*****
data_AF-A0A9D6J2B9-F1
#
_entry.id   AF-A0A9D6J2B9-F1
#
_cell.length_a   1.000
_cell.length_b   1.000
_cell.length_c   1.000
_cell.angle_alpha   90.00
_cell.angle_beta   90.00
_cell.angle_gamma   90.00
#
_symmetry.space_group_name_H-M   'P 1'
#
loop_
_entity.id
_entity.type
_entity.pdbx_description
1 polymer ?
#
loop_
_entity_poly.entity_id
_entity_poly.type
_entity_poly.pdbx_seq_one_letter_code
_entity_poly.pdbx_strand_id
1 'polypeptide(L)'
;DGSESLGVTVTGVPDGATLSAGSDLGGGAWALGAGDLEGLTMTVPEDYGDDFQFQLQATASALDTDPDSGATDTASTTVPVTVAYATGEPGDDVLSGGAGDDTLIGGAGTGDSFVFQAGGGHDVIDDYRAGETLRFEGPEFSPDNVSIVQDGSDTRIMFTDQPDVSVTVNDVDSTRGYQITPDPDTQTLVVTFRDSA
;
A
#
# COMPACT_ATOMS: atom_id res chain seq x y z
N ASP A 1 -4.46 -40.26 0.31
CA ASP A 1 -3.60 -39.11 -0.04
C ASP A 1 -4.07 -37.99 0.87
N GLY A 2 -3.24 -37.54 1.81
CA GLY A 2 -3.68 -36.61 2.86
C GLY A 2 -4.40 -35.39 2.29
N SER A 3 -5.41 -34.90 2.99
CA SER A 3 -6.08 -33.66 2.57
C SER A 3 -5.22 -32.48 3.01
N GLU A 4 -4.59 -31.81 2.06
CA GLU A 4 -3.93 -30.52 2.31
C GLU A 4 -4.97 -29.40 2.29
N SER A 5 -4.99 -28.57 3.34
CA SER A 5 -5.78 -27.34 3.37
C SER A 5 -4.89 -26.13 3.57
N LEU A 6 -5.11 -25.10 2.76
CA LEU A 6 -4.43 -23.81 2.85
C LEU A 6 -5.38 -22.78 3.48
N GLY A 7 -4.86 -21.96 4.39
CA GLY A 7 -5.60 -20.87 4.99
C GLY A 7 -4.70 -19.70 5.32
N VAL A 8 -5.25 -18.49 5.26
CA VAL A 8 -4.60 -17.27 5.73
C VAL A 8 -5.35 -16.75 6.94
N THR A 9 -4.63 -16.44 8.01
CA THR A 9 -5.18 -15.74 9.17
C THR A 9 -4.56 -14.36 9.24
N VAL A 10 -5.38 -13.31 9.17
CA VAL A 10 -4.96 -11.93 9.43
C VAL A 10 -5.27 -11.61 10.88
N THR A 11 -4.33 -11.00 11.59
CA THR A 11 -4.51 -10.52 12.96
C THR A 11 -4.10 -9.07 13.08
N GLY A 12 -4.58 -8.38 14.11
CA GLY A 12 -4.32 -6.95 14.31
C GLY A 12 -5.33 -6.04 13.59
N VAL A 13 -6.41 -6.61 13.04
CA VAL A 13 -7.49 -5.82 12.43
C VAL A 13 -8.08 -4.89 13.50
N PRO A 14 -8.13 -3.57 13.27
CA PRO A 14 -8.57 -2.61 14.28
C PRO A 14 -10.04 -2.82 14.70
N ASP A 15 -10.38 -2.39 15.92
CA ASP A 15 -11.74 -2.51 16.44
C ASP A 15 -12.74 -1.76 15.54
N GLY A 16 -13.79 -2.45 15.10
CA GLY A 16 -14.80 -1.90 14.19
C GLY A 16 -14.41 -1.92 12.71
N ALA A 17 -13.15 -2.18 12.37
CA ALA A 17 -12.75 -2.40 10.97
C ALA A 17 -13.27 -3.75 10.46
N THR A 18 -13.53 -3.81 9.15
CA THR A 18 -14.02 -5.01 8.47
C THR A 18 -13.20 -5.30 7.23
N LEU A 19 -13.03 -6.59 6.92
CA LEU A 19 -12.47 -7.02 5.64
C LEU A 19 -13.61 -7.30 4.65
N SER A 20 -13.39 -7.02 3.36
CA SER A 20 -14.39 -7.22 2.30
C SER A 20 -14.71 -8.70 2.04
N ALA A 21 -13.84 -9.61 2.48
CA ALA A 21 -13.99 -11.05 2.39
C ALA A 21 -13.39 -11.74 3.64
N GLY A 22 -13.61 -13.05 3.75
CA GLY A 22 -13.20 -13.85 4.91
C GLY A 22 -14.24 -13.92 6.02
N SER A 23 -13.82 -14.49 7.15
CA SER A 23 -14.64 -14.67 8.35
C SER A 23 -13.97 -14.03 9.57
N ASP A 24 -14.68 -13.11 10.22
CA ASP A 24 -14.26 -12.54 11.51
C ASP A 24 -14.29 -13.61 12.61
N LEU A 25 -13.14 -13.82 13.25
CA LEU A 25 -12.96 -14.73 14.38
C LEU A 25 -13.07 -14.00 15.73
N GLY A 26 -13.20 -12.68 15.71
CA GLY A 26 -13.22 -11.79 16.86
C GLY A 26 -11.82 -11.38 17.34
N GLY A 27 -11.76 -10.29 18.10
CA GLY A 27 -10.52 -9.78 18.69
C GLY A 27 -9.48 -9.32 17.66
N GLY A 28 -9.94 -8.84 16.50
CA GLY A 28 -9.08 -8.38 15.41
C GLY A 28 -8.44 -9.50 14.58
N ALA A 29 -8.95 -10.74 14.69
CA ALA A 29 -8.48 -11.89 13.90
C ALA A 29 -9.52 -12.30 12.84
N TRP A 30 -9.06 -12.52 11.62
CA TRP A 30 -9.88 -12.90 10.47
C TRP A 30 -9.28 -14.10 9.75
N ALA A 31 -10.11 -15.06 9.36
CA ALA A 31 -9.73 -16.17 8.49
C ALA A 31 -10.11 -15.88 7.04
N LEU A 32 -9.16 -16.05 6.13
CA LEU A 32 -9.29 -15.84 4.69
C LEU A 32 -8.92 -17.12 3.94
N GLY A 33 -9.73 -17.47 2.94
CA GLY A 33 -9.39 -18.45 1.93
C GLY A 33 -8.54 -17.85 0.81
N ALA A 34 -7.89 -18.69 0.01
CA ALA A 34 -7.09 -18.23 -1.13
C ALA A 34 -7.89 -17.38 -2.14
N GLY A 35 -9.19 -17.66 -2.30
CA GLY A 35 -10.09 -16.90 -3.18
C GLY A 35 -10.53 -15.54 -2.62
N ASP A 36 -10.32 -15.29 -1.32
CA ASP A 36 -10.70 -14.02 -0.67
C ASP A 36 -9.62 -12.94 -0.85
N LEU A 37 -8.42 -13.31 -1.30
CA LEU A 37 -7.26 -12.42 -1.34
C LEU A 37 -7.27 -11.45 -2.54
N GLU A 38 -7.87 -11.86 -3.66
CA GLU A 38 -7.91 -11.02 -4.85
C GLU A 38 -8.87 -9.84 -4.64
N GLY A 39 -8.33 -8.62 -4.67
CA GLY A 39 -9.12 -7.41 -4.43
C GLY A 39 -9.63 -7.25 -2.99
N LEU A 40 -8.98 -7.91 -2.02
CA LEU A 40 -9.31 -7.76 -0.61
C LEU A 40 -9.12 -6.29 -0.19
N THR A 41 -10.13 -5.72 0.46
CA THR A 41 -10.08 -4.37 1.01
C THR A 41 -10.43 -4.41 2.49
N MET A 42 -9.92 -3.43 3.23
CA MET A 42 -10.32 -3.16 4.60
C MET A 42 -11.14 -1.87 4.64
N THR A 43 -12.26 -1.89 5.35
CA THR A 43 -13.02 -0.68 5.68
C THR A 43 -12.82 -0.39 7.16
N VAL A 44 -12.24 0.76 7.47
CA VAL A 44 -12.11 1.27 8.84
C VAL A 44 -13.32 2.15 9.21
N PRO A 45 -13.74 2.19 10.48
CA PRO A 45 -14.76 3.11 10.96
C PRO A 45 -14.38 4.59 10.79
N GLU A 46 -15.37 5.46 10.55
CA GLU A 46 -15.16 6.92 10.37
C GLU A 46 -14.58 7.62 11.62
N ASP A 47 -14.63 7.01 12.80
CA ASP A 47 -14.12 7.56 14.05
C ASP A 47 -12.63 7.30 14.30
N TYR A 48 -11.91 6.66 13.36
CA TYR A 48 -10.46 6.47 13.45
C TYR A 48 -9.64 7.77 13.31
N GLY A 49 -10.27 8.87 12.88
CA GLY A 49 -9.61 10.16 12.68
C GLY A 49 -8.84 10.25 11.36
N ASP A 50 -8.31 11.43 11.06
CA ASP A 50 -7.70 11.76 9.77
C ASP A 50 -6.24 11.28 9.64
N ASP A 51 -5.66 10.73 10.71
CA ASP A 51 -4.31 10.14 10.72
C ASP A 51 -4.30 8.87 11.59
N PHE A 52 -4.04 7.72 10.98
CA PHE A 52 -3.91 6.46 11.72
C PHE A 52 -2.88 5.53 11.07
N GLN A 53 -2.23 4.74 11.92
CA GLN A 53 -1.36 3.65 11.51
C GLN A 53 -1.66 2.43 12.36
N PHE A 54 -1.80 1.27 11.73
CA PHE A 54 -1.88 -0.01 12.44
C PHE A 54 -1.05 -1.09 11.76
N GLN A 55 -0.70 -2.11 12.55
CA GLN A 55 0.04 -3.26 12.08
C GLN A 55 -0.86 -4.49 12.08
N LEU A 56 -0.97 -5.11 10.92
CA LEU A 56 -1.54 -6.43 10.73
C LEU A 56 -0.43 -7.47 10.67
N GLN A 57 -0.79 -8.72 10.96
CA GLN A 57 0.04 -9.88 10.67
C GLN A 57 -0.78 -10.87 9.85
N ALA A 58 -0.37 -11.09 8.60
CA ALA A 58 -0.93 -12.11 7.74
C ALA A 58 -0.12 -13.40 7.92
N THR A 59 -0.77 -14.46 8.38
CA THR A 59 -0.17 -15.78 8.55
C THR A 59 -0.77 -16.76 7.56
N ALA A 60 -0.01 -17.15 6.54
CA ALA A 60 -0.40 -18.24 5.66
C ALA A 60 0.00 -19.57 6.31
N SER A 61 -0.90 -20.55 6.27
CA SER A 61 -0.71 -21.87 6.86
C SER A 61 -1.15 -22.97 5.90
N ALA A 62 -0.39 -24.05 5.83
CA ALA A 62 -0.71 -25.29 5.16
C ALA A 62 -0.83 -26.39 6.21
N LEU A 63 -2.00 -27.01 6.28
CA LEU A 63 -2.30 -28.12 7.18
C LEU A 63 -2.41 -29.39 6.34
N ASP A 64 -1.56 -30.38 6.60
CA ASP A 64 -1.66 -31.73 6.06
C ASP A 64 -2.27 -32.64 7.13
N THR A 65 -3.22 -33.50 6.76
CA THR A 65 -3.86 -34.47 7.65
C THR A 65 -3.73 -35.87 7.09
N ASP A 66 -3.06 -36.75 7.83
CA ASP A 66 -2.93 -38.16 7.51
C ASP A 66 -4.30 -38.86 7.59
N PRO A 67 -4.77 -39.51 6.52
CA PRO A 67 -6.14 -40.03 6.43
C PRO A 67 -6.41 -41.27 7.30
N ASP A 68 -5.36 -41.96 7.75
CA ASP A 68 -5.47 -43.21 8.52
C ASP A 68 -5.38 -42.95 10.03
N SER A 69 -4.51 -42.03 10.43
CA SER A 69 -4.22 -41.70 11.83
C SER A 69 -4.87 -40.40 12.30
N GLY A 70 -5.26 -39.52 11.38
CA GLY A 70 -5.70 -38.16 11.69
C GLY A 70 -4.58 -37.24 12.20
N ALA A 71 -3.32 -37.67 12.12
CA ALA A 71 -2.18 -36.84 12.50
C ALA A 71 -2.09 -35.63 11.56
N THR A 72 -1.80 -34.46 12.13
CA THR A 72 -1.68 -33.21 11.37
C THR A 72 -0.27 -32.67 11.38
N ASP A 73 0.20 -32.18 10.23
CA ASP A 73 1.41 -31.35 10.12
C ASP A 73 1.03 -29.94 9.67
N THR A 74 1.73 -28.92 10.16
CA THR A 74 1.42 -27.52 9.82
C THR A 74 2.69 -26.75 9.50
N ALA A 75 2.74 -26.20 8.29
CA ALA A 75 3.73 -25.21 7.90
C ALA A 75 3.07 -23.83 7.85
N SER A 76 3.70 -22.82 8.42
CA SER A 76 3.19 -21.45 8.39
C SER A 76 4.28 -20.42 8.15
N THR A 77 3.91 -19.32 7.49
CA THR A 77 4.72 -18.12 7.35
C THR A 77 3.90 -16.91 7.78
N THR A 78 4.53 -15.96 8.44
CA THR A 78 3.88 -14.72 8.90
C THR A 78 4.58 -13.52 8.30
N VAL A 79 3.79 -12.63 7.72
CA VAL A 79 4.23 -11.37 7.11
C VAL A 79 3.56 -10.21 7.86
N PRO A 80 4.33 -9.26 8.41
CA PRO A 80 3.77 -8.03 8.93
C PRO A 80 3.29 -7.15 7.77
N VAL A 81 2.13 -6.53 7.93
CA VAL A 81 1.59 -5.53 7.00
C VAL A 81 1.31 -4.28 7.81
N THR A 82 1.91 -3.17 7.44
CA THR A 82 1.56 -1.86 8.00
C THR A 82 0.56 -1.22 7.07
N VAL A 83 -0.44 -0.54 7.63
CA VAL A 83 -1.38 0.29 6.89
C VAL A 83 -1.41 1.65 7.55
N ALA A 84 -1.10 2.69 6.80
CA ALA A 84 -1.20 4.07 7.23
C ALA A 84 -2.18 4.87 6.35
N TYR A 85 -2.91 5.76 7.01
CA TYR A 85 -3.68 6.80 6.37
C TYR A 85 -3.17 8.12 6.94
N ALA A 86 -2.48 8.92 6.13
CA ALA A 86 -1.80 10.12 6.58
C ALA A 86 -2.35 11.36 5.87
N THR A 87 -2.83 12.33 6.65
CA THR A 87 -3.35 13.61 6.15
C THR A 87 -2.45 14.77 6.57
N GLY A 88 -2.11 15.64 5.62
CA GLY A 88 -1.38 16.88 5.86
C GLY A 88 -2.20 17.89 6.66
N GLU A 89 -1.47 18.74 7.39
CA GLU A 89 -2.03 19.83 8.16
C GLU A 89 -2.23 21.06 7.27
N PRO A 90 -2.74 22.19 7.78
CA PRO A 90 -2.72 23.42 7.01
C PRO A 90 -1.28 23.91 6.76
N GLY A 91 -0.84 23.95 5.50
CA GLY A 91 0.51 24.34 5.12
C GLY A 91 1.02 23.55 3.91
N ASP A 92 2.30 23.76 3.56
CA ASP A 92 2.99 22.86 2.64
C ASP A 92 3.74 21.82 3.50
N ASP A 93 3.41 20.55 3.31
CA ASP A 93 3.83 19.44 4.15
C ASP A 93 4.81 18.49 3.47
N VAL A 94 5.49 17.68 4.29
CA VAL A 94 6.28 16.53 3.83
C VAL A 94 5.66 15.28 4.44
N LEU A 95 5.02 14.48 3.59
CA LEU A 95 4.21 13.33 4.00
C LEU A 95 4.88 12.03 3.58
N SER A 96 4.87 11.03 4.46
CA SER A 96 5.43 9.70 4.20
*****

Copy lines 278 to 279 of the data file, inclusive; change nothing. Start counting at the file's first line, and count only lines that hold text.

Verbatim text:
CA VAL A 83 -1.38 0.29 6.89
C VAL A 83 -1.41 1.65 7.55